I often shoot in the aperture priority mode so I can be acutely aware of what I will have in focus. You can lead the viewer through your image by careful control of the f-stop. Shooting with a minimal depth of field can yield dramatic portraits whereas a maximum depth of field can create its own unique perspectives especially for architectural photography. It’s important to remember that when you look through an SLR camera you are seeing the lens at its widest aperture which translates as its shallowest depth of field. This lets in the maximum amount of light which gives a bright viewfinder and allows for easy focus. But when you depress the shutter and the lens goes to the selected f-stop, those palm trees that were soft in the distance all of a sudden are growing out of the heads of your subjects like antennas. Most cameras have depth-of-field preview buttons to see what your stopped down lens will have in focus but with enough practice and awareness that knowledge becomes second nature.
Time of Day
Early morning and late afternoon have always been the favorite times for professional travel photographers to shoot. It’s not just the warm Kelvin temperatures that create an inviting mood, it’s the experience of documenting a town coming to life or transitioning to the night. Shadows from an angle are more pleasing to the eye than the harsh light of midday. The middle hours of the day are a great time to photograph people in open shade or to explore museums and other interior locations.
To Flash Or Not To Flash
It’s not always possible to be at the right place at the right time in terms of ideal ambient light. The use of a flash can reduce or eliminate harsh shadows under the eyes that are often referred to as raccoon eyes. I usually have a slight warming gel over my flash head in the morning or afternoon to create a correct color balance. Most flashes fire at a cooler, i.e., more blue color temperature, than the prevailing ambient light. I often also hold my flash at arm’s length off the camera and trigger it with a cord or a remote flash system. This further helps to create a more natural and realistic scene by making the shadows drop down behind the subject. I also often put a Gary Fong Lightsphere Diffusion Dome over the flash head to soften the light. At night, this technique can be used to replicate the light created by a dangling light bulb. Additional flashes can be added and triggered remotely for all types of creative possibilities.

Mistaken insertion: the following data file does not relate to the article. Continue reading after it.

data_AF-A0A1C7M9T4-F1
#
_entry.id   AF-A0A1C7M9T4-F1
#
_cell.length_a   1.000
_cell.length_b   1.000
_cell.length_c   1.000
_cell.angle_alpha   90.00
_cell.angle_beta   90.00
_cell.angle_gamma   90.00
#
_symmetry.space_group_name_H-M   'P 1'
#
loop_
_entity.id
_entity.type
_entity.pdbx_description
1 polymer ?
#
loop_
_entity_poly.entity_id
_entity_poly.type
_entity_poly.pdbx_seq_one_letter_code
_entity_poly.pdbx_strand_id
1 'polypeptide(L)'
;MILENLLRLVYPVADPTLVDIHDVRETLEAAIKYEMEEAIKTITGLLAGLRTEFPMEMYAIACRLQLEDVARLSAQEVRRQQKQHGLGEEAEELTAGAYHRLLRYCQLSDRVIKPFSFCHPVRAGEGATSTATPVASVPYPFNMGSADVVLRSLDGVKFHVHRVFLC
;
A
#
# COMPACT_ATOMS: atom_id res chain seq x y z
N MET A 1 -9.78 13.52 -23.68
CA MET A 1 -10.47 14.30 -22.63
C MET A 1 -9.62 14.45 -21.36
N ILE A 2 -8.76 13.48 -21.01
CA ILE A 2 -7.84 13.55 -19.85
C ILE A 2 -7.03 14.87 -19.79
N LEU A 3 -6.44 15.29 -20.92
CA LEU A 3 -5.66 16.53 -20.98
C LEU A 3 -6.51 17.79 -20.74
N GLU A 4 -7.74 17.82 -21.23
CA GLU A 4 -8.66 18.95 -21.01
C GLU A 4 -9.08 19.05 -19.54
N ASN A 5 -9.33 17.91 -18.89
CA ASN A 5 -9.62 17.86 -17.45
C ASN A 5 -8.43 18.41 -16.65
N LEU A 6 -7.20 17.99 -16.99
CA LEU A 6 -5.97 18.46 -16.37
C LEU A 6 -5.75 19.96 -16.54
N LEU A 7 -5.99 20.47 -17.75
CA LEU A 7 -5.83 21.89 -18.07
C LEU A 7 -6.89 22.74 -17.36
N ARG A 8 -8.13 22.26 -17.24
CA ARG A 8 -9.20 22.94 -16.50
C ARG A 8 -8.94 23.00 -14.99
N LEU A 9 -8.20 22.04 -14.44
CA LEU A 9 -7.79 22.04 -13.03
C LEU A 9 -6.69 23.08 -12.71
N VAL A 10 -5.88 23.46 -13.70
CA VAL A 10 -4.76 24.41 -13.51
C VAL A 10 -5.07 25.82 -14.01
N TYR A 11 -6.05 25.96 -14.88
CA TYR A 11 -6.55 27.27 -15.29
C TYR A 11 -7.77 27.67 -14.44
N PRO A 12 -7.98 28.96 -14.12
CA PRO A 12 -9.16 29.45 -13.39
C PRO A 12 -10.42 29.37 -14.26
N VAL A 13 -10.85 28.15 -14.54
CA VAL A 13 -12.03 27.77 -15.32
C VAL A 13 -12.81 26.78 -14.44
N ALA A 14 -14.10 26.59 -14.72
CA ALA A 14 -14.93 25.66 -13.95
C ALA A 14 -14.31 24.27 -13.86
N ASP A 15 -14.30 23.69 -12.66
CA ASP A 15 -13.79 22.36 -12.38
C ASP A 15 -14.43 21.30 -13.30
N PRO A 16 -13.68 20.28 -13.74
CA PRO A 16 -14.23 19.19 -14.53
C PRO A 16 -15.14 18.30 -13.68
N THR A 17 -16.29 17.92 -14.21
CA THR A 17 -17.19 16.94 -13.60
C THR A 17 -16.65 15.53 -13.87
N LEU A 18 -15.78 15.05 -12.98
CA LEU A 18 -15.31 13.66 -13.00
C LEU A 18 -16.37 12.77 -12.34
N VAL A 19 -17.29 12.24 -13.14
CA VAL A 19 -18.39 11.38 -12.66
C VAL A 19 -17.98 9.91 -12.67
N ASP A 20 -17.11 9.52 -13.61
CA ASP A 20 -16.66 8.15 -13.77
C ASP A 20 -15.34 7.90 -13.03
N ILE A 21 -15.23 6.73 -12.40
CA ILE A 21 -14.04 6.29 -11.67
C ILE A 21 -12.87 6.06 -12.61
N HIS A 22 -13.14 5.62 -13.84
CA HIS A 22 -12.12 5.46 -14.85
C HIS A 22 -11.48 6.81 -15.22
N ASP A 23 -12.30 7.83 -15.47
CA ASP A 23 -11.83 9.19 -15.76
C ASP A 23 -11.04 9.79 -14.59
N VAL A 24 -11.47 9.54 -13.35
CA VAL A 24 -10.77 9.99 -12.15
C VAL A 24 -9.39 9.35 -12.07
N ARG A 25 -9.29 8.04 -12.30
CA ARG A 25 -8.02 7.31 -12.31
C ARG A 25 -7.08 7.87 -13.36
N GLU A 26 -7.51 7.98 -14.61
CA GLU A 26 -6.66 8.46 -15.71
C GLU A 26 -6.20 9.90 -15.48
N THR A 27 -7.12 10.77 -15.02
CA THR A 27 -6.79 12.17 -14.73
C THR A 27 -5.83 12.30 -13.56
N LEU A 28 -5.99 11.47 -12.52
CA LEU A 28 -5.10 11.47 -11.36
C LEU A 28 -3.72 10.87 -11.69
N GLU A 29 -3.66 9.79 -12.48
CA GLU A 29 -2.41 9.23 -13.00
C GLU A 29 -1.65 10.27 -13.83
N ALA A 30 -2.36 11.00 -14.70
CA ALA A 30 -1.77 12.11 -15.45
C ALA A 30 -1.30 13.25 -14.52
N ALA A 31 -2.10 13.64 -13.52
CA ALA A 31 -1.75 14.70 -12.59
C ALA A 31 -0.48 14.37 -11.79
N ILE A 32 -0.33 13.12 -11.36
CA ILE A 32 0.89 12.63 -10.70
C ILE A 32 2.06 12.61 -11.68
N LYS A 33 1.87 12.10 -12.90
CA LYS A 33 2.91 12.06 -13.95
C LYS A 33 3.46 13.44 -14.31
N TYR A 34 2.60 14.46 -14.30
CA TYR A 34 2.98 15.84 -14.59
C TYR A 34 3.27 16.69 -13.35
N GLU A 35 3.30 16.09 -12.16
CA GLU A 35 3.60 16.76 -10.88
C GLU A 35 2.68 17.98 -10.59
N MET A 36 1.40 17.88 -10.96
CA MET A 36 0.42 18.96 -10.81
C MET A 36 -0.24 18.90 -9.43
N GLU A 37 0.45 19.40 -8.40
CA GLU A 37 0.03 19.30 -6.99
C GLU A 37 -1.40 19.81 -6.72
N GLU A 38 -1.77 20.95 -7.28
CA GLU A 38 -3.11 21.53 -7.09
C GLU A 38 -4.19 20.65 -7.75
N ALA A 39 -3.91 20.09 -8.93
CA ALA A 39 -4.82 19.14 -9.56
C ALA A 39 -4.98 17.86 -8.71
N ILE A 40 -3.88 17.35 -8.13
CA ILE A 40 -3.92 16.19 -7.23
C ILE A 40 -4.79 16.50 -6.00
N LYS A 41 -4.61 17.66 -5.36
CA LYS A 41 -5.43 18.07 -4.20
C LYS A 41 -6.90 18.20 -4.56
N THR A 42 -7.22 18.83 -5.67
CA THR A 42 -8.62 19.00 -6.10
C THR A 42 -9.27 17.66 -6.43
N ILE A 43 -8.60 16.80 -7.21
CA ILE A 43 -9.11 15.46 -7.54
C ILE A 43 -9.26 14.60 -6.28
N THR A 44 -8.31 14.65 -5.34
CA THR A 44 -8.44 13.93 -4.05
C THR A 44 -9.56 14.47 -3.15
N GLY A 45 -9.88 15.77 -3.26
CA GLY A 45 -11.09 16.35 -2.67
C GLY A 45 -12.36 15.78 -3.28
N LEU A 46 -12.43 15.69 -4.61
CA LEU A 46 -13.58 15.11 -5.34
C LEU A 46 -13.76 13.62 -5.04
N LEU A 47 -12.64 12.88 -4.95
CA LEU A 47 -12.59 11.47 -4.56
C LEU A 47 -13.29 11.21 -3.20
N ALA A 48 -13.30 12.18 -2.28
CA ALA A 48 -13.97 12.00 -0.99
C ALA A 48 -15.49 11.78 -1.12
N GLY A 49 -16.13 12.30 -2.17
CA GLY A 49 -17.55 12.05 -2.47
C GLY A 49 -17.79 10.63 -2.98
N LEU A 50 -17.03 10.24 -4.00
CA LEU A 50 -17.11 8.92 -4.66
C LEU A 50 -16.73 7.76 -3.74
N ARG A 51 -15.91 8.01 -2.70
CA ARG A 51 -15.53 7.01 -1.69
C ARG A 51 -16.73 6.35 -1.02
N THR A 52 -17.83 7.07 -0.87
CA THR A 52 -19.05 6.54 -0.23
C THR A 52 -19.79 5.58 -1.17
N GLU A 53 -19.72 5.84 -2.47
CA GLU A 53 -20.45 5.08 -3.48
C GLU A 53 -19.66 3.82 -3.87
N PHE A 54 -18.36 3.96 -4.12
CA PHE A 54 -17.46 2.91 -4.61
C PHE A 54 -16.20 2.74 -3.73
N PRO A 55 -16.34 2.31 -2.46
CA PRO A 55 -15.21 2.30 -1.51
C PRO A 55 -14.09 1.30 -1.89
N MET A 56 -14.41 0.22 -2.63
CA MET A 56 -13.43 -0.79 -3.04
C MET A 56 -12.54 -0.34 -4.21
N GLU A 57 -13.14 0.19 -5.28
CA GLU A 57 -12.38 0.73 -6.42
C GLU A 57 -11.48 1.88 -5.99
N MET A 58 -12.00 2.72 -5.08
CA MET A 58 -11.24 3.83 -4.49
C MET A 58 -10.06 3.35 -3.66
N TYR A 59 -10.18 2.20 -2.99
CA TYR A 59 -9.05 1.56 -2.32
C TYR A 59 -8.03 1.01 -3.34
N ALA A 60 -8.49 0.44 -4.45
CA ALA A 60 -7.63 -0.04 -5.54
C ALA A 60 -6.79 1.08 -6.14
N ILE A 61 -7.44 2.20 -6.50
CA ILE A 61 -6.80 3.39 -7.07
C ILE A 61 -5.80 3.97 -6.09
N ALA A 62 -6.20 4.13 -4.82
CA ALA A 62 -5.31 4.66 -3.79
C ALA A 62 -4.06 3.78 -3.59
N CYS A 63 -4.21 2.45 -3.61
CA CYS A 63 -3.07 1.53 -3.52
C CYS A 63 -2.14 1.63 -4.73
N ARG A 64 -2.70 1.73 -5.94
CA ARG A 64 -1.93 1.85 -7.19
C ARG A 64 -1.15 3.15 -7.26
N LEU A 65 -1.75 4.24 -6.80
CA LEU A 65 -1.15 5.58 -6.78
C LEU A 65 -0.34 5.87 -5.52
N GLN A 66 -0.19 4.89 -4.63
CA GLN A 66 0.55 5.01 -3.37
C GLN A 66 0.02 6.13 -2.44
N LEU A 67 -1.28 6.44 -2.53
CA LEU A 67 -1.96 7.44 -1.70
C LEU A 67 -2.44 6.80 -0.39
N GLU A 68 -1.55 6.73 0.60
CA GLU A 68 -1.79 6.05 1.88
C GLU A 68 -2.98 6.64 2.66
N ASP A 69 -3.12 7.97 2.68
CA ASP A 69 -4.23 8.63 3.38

Shooting Contre Jour
Rather then saying backlit, I like the French expression “contre jour” which translates as “against the day.” Shooting with the sun behind the subject eliminates harsh shadows and keeps people from squinting. In-camera meters can get thrown off by contre jour situations and underexpose the scene so it’s important to know how to utilize the camera’s exposure lock controls. This technique requires a lens shade and at times a hand to help block the direct light hitting the lens.
Natural frames can create a 3-D feel in our 2-D medium. Architectural elements and flora in particular can be utilized in the foreground to lead the viewer into a given scene.
Creative silhouettes can be created at any time of day by finding a camera position that puts the subject of the shot against a bright background and adjusting the exposure controls. It’s vital to have a strong contrast between the background and the object or subject you are trying to silhouette.
Portraits of people in their environment, whether it is of a sheepherder with his flock or an artist in their atelier, adds an important human element to any travel story. Pros tend to use medium to wider lenses for this type of photograph with the goal of creating an image that transmits emotional content and engagement with their subject. When doing this type of photograph I direct the person to achieve the best angle (e.g. move left, right, back, forward, etc.) and to make sure that the elements of their environment I want to include are not being blocked or too out of focus to not be recognizable. I will talk to the person as a dentist talks to their patients, in other words saying things that can be acknowledged without the need to verbally respond past a simple grunt. Engaging in an active conversation should be done before or after a photo shoot, not during unless you want the person to be caught in all sorts of awkward mouth positions. It’s better to share a quiet human moment one-on-one and let the camera peer into the window of their soul.
The legendary LIFE magazine photographer Alfred Eisenstaedt was asked after returning from an assignment in Paris what he did in the City of Lights at night. His response was “Expose longer.” While he missed the meaning of the question he was of course right on with the answer photographically speaking. Many cities thrive at night and bring a completely different dimension to the travel experience. For cityscapes and architecture use a low ISO, lockdown the camera on a sturdy tripod, lock up the mirror, and use a cable release. This is especially important on exposures between 1/15th of a second to one or two seconds when the mirror on an SLR hasn’t had the time to settle down and will cause camera shake.